The Chartered Institution of Water and Environment Management (CIWEM, United Kingdom) organised a workshop of industry, experts and regulators to input to the Institute’s Policy Position Statement on valorisation of sewage biosolids (currently being redefined), London, 3rd March 2018. ESPP was invited to give a presentation to summarise developments in Europe, and outlined the Germany and Switzerland regulations and Baltic HELCOM policies requiring phosphorus recycling from sewage, pressures on agricultural use of sewage biosolids (e.g. announced public enquiry in Sweden – ESPP eNews n°24, Global GAP food industry criteria excluding use of sewage biosolids on cropland …) and current proposals regarding sewage biosolids in the EU Fertilisers Regulation proposal (expected to be excluded from composts, digestates, biochars, but authorised for precipitated phosphate salts and ash-based recycling). Discussion in the group noted that concerns about non-biodegradable polymers used in sludge dewatering could prevent sewage biosolids application to land (e.g. new German regulations). The discussion noted that nearly half of sewage sludge biosolids in Europe are today recycled via use on lands, and similarly in the USA (60%), Australia (nearly 60%) and China (nearly 50%). The UK has one of the highest rates of use on farmland (80% of sewage biosolids), which poses operational risks (for the water industry) and cost risks (for the consumer) if this route were to be stopped. Sludge biosolids are estimated by David Tomkins (AquaEnviro) to represent around 17% of total phosphorus input to UK agriculture. Sludge biosolids recycling to land has changed considerably over recent decades, and today is mostly as stable, solid, storable composts or digestates. Participants considered that biosolids use on cropland is recognised as safe for the food chain, but that there are questions about possible impacts of organic contaminants (such as pharmaceuticals) or micro-plastics on soils and the environment, and these need to be addressed. The energy value of sewage sludge was emphasised, and the options today available for energy valorisation (high energy-efficiency incineration, hydrothermal gasification). Questions were asked about the return of carbon to agricultural soils in sludge biosolids: is this significant given the application rates (limited by crop nutrient requirements). Participants suggested that the positive values of sewage sludge as an energy, carbon and nutrient resource should be emphasised, underlining the need for appropriate valorisation routes and technologies, for different local contexts.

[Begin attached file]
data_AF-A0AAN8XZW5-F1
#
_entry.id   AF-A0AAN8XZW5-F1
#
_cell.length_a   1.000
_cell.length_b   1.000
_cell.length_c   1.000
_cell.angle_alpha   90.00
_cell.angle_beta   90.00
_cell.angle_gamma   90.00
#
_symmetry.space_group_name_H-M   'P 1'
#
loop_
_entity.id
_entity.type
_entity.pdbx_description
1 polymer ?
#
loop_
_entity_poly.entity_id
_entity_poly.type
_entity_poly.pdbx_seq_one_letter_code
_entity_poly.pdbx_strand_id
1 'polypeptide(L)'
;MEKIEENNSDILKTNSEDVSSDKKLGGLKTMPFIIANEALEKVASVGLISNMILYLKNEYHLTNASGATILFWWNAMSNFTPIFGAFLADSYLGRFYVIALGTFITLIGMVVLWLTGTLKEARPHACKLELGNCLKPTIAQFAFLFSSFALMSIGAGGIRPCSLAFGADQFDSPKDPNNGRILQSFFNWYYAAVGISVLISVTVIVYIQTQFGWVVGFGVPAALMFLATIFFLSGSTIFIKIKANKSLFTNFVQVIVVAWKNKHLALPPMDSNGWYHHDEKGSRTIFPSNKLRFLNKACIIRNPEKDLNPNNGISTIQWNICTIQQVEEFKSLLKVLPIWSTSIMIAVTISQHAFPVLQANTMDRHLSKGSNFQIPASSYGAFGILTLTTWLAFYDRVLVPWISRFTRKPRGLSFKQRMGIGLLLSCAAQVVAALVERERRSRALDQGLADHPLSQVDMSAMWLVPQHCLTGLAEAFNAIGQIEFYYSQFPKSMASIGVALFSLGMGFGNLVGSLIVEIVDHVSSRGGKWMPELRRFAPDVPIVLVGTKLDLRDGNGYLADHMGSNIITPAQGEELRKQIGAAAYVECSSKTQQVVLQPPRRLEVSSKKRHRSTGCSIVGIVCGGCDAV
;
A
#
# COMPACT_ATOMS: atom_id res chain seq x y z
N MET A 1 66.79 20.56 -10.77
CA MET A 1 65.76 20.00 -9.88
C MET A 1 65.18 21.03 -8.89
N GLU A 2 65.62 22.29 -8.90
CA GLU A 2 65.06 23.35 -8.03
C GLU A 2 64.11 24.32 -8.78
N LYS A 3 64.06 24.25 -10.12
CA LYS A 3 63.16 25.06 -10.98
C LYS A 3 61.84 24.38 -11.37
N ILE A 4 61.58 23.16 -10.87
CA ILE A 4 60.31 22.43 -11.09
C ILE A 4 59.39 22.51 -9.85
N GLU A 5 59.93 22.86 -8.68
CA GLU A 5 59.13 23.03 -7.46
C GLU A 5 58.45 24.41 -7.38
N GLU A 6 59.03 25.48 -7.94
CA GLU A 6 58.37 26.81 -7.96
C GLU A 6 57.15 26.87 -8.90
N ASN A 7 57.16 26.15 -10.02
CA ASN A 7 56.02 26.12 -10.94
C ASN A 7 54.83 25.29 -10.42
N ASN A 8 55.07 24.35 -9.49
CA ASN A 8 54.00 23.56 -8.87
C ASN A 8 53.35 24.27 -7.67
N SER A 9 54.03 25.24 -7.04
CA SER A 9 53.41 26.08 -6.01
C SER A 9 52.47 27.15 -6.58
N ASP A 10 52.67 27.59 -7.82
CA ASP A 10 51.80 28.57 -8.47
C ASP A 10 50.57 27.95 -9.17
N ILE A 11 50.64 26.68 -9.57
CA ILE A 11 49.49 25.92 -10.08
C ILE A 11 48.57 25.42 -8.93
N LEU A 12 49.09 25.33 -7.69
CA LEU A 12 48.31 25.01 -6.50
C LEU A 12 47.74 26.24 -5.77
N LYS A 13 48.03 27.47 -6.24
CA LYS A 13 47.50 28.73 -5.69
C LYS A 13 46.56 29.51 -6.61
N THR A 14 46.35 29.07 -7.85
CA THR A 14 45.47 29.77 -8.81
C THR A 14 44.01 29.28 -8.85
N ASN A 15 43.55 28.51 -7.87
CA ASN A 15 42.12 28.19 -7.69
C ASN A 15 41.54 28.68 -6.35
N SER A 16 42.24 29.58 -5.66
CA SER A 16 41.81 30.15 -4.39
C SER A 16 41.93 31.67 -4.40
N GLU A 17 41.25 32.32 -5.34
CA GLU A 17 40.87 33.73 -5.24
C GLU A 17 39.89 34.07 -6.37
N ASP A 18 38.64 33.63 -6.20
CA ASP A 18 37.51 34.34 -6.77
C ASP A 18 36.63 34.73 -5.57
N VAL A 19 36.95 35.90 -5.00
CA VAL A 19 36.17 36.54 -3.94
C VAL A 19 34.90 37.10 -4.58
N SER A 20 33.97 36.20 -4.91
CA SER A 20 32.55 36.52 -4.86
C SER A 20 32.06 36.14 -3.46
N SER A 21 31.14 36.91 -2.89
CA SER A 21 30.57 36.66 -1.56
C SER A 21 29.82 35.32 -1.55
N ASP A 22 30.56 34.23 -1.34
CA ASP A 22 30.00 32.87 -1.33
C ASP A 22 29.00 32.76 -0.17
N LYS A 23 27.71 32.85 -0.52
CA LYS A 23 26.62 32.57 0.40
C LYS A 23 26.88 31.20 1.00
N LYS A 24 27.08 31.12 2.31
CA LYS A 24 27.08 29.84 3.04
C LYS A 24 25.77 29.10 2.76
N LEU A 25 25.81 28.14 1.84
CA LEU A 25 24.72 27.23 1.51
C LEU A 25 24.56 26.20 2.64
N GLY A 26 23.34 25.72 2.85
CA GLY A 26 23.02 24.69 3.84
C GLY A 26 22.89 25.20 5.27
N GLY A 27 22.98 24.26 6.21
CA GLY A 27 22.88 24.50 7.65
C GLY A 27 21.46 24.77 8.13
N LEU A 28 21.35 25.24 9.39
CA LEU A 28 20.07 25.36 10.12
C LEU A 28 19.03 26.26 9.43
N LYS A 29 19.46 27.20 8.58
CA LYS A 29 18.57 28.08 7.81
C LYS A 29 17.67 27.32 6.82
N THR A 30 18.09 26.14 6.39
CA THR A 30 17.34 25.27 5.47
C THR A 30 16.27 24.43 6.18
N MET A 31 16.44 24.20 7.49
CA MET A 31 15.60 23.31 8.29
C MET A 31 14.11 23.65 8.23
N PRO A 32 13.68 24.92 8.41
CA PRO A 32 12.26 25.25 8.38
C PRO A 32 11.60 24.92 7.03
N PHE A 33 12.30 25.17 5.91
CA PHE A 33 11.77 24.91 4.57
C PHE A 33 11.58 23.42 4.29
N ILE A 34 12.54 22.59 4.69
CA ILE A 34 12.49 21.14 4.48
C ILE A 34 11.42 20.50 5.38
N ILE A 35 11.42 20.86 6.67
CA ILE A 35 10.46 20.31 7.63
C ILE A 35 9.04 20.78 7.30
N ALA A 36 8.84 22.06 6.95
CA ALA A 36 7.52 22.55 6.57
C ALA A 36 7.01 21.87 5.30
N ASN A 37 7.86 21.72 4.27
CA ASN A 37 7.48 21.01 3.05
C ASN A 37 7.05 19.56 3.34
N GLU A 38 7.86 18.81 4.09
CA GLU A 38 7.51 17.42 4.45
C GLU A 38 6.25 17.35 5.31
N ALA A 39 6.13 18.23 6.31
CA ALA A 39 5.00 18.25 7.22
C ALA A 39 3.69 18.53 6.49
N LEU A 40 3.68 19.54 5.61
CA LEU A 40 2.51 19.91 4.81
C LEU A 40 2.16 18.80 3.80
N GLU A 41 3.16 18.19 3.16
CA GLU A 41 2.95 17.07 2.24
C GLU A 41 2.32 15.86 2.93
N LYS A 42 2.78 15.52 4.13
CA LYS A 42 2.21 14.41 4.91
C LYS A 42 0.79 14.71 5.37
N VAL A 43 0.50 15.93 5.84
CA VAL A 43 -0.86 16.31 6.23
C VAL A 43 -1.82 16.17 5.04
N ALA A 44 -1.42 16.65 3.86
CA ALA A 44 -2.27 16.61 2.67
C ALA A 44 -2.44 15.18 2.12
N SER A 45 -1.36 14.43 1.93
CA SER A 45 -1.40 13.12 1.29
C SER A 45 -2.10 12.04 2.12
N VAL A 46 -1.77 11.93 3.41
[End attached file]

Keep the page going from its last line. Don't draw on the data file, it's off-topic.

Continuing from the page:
CIWEM Wastewater and Biosolids Panel www.ciwem.org/technical-panels/wastewater-management
ESPP presentation at CIWEM workshop www.slideshare.net/NutrientPlatform/biosolids-and-nutrient-recycling-in-europe-ciwem-biosolids-workshop-london-3-october-2018